Welcome to the Altieri Bookshelf! We read some great books and want to share our recommendations with you on an ongoing basis. Our list is curated by the wom(EN)gineer community for all readers – women, men, aspiring engineers of all ages, book clubs, and anyone looking for a good read. Please add your comments to our reviews and send us your recommendations!
Lessons in Chemistry
By: Bonnie Garmus
Recommended by Sheri Lussier (Altieri Fire Protection Engineer/WIE Member)
Elizabeth Zott navigates the professional and personal challenges of being female (and a scientist) in the 1950s/60s. The story is clever, poignant, funny, and inciteful. Don’t be put off by the cover illustration; the book tugs at a full range of human emotions while it explores serious topics including feminism, family, misogyny, male-dominated workplace, and female empowerment. An excellent choice for group discussion and apparently for TV – a series starring Brie Larson as Elizabeth premiers in October on Apple TV+.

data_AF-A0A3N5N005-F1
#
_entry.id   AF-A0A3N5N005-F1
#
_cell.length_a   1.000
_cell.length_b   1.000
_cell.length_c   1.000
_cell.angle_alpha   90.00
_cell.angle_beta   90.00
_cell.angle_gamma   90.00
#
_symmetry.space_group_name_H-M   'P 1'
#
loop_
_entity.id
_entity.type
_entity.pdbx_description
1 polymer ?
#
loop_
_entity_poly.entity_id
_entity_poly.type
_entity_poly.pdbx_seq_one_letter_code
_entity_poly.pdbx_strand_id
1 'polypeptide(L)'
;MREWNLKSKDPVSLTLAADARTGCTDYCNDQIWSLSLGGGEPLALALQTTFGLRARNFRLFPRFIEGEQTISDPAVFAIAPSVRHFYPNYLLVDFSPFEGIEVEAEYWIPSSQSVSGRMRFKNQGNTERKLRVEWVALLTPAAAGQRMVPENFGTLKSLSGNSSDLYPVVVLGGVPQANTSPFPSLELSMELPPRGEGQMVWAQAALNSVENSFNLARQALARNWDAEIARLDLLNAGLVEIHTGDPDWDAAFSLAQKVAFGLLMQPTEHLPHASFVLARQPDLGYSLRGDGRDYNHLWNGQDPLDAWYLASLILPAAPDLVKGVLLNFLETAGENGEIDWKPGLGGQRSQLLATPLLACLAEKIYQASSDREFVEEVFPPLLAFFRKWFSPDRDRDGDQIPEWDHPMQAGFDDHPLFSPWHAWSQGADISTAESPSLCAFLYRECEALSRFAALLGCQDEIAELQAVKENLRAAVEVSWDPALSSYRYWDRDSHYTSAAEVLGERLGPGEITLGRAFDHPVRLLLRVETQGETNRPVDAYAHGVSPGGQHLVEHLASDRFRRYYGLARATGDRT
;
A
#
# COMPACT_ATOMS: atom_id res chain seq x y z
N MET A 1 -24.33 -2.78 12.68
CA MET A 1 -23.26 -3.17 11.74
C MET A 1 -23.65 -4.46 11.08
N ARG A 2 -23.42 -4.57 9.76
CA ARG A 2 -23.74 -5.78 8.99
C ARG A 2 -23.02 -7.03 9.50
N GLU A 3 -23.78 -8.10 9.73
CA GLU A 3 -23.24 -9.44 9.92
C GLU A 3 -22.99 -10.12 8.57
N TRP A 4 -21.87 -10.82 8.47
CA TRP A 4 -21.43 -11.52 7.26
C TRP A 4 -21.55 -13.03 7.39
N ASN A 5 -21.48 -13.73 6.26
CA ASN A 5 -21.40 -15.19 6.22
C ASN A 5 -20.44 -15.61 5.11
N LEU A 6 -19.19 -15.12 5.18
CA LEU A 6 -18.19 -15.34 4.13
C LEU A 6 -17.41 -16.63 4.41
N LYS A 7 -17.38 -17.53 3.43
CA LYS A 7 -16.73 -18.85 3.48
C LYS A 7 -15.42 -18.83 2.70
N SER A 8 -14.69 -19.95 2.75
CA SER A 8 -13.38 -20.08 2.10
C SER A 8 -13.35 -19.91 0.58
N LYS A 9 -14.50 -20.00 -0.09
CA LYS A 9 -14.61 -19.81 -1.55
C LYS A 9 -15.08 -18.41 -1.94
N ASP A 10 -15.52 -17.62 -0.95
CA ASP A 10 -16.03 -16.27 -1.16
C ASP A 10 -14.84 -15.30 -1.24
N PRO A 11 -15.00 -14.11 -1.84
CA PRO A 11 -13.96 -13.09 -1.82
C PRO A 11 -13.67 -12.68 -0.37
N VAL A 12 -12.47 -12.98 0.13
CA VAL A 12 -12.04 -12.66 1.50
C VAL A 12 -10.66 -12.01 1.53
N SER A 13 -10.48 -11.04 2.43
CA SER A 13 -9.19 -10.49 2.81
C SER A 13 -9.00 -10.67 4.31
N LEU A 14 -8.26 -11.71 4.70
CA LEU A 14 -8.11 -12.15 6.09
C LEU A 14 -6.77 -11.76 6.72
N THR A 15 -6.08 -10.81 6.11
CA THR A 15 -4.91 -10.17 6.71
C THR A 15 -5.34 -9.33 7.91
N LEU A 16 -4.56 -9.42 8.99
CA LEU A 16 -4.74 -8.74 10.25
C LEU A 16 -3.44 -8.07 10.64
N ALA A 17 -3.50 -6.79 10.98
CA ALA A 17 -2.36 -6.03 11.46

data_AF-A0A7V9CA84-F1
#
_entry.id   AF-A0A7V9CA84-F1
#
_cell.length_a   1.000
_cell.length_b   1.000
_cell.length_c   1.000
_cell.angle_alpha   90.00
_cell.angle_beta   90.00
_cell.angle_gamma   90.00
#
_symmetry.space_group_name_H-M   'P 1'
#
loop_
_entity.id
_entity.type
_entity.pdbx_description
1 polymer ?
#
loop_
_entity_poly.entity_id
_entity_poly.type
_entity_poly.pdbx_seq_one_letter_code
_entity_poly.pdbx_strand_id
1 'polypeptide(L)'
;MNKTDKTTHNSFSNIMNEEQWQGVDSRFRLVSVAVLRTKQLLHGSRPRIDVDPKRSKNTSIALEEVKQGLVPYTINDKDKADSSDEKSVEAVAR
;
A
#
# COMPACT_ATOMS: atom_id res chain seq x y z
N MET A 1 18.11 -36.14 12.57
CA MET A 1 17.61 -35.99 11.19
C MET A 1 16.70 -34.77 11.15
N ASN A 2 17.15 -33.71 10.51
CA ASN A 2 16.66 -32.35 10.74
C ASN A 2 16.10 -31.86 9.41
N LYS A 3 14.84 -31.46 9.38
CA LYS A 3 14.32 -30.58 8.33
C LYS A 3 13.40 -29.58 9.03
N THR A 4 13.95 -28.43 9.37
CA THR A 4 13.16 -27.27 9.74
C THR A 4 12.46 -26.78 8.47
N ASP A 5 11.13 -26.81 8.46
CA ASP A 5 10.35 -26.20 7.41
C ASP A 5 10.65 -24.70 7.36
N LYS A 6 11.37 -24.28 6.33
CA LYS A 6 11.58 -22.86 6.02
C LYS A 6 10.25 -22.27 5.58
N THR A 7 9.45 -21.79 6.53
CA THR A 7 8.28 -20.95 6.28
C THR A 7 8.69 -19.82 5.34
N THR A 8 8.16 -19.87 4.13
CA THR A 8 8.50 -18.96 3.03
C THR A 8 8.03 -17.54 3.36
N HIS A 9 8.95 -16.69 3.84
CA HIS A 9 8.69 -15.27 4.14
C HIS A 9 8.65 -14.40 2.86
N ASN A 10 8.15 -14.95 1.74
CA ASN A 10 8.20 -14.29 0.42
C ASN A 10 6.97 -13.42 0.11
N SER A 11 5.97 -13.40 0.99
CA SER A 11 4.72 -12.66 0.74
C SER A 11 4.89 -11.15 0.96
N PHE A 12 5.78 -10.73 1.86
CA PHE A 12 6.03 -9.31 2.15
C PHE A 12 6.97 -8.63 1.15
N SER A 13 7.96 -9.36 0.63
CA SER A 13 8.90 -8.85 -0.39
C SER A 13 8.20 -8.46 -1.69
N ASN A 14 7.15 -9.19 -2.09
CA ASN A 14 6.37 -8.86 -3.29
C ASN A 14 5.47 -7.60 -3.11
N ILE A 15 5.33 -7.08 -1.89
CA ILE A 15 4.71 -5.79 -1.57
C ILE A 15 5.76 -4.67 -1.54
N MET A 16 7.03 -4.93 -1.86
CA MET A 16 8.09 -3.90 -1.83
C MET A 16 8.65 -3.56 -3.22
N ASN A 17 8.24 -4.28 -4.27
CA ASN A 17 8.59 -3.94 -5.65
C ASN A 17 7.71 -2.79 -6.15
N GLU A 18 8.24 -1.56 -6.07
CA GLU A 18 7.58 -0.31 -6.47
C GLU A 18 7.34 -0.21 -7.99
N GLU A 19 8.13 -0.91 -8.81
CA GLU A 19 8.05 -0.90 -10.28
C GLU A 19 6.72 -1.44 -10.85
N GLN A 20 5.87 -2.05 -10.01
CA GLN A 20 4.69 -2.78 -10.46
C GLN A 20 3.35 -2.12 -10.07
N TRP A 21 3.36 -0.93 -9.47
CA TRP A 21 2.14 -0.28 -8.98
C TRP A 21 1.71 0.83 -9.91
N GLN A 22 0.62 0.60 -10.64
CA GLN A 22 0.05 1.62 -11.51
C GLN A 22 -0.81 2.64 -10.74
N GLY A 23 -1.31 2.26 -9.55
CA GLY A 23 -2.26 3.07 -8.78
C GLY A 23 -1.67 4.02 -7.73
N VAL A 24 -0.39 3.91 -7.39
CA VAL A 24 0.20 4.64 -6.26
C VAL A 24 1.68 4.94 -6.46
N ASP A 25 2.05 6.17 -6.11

The Exceptions is a must-read for women (and men) of all generations who are open to an unvarnished view of gender inequality in science and engineering as told through a real-life account of one group of courageous women who took on the system. Written by a Pulitzer Prize-winning reporter, Kate Zernicke, the book chronicles systemic discrimination against senior female scientists at the esteemed Massachusetts Institute of Technology and the institution’s eventual admission – in 1999 – of its discriminatory practices perpetrated by top male scientists at MIT and elsewhere.
Girls Can Be Engineers
A book aimed at all young girls reminding them they can achieve anything they set their minds to and that STEM professionals come in all shapes, sizes, and genders. This book was written by Jamila Lindo, a civil engineer, with the hope of sparking curiosity and encouraging girls to explore their potential in STEM fields, subjects that she was encouraged to pursue during her adolescence.